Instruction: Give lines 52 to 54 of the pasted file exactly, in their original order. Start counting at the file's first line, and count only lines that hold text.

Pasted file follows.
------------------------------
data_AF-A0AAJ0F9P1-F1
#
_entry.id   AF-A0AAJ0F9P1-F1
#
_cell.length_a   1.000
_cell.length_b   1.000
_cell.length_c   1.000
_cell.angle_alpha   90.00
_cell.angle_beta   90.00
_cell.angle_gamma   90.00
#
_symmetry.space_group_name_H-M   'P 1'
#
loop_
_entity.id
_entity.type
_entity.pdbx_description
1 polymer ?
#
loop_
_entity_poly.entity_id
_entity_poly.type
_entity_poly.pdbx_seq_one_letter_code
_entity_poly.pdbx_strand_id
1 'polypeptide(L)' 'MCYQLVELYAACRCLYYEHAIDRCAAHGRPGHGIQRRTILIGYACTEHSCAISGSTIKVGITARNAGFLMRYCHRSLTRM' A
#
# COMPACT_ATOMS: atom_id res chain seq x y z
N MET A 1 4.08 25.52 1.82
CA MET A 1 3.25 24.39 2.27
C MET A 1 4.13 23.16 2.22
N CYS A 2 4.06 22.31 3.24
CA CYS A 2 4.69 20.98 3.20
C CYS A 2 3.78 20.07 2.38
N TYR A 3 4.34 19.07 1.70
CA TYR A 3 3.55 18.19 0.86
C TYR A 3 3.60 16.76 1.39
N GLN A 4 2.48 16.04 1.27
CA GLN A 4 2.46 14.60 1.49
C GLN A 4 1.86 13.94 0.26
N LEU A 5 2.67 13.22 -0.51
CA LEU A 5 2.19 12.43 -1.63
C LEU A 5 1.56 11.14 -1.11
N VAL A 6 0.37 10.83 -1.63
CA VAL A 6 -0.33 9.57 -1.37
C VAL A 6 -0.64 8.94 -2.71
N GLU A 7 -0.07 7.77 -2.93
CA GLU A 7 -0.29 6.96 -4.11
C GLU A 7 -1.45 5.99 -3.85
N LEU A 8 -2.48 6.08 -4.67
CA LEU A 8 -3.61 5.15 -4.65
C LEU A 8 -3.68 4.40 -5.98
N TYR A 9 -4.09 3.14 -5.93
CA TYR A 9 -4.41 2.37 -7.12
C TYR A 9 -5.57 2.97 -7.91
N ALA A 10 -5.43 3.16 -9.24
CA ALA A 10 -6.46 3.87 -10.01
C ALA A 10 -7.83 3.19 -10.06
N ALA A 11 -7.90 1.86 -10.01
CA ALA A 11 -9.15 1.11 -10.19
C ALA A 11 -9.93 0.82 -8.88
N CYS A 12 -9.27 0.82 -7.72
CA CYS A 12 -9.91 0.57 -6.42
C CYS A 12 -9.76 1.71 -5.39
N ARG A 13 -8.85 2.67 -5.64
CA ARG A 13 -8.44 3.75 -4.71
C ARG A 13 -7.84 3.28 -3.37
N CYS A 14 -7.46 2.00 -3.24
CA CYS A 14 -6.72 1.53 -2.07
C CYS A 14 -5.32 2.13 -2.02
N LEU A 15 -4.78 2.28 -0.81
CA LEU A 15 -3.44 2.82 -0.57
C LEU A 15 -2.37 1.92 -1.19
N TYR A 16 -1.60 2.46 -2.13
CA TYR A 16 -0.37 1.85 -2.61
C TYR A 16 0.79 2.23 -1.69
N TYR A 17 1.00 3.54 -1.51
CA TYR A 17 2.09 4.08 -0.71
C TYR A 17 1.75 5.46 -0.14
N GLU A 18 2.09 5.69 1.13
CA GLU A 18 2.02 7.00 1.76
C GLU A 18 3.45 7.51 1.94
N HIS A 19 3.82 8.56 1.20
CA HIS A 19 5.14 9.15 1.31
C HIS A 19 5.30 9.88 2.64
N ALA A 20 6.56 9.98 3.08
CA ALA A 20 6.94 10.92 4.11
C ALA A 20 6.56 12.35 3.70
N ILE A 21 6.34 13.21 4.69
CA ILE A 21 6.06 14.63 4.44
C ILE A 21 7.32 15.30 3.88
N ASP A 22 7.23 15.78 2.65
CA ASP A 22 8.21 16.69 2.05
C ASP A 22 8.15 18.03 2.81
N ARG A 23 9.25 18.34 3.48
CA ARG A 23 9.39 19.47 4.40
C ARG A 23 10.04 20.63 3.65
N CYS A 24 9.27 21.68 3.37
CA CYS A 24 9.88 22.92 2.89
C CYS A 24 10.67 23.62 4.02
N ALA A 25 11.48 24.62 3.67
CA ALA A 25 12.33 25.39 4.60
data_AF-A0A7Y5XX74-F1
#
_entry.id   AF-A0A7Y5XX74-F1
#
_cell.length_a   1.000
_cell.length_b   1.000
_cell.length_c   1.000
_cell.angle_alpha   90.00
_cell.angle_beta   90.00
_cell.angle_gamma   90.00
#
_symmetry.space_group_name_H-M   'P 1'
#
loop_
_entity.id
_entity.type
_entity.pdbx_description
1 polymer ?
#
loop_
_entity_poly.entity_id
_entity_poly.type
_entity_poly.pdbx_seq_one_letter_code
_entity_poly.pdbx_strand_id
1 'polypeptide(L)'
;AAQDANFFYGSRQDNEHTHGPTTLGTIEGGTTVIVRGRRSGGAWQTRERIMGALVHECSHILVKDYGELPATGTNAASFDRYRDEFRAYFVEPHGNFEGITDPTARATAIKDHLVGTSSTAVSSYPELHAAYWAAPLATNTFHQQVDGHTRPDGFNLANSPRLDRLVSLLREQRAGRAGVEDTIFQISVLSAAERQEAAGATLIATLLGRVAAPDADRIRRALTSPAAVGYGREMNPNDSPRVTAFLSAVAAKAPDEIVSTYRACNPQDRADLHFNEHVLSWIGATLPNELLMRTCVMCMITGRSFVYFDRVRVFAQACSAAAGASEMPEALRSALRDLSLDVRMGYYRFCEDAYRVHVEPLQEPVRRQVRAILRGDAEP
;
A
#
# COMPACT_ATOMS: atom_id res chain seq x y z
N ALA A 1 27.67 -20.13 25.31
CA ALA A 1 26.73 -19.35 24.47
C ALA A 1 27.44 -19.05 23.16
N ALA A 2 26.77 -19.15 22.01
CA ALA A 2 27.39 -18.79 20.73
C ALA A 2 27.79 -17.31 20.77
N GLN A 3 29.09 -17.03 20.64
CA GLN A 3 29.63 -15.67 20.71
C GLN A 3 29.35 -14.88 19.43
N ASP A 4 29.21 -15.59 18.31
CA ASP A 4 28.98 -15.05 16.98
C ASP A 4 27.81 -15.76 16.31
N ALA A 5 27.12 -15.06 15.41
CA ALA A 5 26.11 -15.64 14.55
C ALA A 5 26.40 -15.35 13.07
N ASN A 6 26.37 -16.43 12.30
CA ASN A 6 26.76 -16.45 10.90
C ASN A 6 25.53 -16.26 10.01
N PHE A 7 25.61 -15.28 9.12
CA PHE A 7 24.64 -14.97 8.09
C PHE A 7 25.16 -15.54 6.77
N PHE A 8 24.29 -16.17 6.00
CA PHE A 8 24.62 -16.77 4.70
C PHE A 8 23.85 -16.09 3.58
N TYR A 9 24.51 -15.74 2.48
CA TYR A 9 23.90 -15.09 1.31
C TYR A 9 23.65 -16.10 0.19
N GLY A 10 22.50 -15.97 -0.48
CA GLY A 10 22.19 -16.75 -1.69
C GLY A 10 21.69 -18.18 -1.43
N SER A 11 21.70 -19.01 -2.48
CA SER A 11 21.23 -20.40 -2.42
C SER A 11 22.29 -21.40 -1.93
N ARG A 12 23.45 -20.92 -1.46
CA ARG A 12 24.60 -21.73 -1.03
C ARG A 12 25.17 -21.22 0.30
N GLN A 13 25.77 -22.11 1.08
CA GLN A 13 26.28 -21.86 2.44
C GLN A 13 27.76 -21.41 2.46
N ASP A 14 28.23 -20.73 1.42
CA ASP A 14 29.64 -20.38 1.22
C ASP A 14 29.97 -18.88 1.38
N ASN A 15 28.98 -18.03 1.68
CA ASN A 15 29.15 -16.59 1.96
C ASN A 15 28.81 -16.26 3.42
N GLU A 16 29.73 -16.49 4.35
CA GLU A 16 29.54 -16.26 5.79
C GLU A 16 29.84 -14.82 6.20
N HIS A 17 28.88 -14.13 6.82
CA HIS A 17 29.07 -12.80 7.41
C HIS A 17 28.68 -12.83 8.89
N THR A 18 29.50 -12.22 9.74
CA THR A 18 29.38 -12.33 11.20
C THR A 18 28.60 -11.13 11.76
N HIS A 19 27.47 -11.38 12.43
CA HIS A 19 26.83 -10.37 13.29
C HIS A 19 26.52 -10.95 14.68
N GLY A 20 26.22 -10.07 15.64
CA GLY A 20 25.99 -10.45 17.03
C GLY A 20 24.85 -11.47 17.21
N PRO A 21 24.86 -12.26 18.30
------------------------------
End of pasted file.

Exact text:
N TYR A 9 -4.09 3.14 -5.93
CA TYR A 9 -4.41 2.37 -7.12
C TYR A 9 -5.57 2.97 -7.91